2012, by Walter Frisch
Nineteenth-century music in its cultural, social, and intellectual contexts. Music in the Nineteenth Century examines the period from the Congress of Vienna in 1815 to the advent of Modernism in the 1890s. Frisch traces a complex web of relationships involving composers, performers, publishers, notated scores, oral traditions, audiences, institutions, cities, and nations. The book's central themes include middle-class involvement in music, the rich but elusive concept of Romanticism, the cult of virtuosity, and the ever-changing balance between musical and commercial interests. The final chapter considers the sound world of nineteenth-century music as captured by contemporary witnesses and early recordings. Western Music in Context: A Norton History comprises six volumes of moderate length, each written in an engaging style by a recognized expert. Authoritative and current, the series examines music in the broadest sense--as sounds notated, performed, and heard--focusing not only on composers and works, but also on broader social and intellectual currents.
Nineteenth-Century Music: the Western Classical Tradition
2002, by Jon W. Finson
This up-to-date view of nineteenth-century classical music places a strong emphasis on the history of opera and on schematic representations of musical structure and form. The book presents a highly concise survey of nineteenth-century music tailored for the increasingly limited amount of time available to readers for the study of any one period, and focuses specifically on the central repertory heard today in the concert hall and at the opera house. The volume provides an overview and background information on nineteenth-century music including the Viennese ascendancy, musical drama in the first part of the nineteenth century, the styling of the avant-garde, operatic development from mid century, the life of the concert hall after mid century, the diversity of nationalism and the new language at century's end. For musicians and music lovers interested in an introduction to classical music.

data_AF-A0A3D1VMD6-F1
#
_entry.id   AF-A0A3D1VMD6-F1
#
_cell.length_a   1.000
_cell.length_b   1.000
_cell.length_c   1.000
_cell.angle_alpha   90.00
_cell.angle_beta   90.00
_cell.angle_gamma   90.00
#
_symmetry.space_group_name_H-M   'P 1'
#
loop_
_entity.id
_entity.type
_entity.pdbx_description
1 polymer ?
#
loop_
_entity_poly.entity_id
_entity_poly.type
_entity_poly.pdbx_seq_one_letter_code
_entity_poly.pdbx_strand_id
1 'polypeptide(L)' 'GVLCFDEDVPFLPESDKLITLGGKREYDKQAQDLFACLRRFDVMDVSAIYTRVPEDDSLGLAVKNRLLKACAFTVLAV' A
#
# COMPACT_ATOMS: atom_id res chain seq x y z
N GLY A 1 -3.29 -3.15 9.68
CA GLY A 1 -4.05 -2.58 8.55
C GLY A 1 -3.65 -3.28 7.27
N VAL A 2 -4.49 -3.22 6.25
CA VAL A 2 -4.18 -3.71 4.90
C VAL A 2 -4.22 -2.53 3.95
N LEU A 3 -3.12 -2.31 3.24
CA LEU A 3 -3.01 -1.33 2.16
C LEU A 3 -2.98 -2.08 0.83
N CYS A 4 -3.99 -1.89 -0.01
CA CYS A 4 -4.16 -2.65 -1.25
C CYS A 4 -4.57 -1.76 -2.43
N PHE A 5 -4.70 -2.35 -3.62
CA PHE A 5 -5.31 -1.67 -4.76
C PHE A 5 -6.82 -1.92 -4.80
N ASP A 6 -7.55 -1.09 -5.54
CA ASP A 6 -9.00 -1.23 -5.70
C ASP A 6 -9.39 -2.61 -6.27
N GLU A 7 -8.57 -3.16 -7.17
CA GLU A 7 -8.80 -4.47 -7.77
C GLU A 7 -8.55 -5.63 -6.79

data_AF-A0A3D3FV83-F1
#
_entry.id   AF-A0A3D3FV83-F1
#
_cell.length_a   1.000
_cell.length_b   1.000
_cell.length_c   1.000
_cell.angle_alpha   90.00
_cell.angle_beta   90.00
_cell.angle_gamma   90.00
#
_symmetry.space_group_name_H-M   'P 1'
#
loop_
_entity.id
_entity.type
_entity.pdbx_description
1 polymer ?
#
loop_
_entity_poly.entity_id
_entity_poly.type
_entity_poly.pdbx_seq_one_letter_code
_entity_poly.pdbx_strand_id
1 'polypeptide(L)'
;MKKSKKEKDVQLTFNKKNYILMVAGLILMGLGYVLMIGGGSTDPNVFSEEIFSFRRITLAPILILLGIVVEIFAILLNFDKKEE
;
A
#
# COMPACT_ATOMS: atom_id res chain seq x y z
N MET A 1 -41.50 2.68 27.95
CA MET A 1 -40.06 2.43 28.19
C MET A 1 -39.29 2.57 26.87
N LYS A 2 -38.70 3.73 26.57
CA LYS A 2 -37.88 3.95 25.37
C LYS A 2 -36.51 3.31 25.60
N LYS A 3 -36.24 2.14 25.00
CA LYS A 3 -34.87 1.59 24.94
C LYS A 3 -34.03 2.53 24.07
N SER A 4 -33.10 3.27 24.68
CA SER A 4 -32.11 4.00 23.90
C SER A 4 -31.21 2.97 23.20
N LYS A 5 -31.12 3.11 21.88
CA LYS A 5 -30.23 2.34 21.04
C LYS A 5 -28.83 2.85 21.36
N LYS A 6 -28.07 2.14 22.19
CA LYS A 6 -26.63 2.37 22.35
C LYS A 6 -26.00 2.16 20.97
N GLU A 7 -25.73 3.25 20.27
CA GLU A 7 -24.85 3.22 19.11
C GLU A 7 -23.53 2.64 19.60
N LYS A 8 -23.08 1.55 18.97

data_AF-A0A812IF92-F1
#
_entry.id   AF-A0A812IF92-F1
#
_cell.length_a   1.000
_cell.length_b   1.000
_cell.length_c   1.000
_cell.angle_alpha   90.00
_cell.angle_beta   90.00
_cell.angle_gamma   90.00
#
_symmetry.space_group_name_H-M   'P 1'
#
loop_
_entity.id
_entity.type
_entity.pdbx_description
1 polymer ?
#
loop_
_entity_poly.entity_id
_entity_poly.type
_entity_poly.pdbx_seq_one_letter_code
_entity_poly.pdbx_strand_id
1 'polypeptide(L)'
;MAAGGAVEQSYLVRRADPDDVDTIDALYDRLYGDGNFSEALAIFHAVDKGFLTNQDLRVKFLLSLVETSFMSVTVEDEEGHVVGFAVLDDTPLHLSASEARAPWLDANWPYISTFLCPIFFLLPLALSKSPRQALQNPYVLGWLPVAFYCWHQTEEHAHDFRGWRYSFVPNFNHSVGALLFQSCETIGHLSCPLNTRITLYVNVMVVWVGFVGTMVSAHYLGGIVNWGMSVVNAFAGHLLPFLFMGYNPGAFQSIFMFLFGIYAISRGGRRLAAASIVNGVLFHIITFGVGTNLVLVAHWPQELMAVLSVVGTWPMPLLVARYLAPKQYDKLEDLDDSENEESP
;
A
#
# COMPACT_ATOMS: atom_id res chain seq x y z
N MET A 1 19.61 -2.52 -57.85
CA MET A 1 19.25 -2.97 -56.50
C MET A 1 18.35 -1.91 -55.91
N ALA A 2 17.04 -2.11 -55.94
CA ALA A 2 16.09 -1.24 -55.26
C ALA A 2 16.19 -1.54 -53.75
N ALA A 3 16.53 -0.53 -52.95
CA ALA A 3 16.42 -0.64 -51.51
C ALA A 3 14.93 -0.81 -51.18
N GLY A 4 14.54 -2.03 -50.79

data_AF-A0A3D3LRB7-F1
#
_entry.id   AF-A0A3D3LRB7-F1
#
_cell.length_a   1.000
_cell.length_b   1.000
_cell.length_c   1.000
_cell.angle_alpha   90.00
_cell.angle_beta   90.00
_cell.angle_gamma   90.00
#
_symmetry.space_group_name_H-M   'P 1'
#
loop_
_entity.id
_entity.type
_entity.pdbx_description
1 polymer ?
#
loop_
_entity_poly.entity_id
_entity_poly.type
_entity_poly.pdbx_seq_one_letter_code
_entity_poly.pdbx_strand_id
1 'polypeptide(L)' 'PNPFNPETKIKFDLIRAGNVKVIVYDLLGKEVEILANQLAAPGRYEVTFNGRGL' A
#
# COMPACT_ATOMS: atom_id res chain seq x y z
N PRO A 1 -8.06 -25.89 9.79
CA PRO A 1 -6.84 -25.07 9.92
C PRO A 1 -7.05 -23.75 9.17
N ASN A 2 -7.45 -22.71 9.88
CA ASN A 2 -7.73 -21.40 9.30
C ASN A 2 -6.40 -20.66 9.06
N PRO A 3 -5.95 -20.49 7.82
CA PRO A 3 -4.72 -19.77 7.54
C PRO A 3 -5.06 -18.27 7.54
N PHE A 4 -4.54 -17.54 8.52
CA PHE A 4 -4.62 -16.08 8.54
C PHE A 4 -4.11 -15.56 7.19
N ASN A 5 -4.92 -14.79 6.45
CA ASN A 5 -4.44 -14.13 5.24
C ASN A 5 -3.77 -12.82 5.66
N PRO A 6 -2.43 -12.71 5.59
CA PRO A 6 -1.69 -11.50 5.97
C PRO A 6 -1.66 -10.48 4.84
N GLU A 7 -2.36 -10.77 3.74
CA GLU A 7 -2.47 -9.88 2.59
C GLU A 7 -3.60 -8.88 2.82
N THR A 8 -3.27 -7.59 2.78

2001, edited by Jim Samson
The most informed reference book on nineteenth-century music currently available, this comprehensive overview of music in the nineteenth century draws on the most recent scholarship in the field. Essays investigate the intellectual and socio-political history of the time, and examine topics such as nations and nationalism, the emergent concept of an avant garde, and musical styles and languages at the turn of the century. It contains a detailed chronology, and extensive glossaries.
1988, by Carl Dahlhaus. "This selection of essays represents a wide cross-section of the papers given at the Tenth International Conference on Nineteenth-Century Music held at the University of Bristol in 1998. Sections include thematic groupings of work on musical meaning, Wagner, Liszt, musical culture in France, music and nation, and women and music."
2005, by Richard Taruskin
A survey of the traditions of western music by one of the most prominent and provocative musicologists of our time, this book illuminates, through a representative sampling of masterworks, those themes, styles, and currents that give shape and direction to each musical age. Volume 3 focuses on nineteenth-century music.
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The premier index for researching in music, describing books, essays, journal articles, dissertations, documentaries, conference proceedings, bibliographies, discographies, concert reviews, recording notes. Most citations include abstracts.
ProQuest Dissertations and Theses is a collection of scholarly research in the Humanities and Social Sciences that consists of 2.7 million searchable citations to dissertations and theses from around the world, and 1.2 million full-text dissertations that are available for download in PDF format. Coverage is from 1861 to the present day.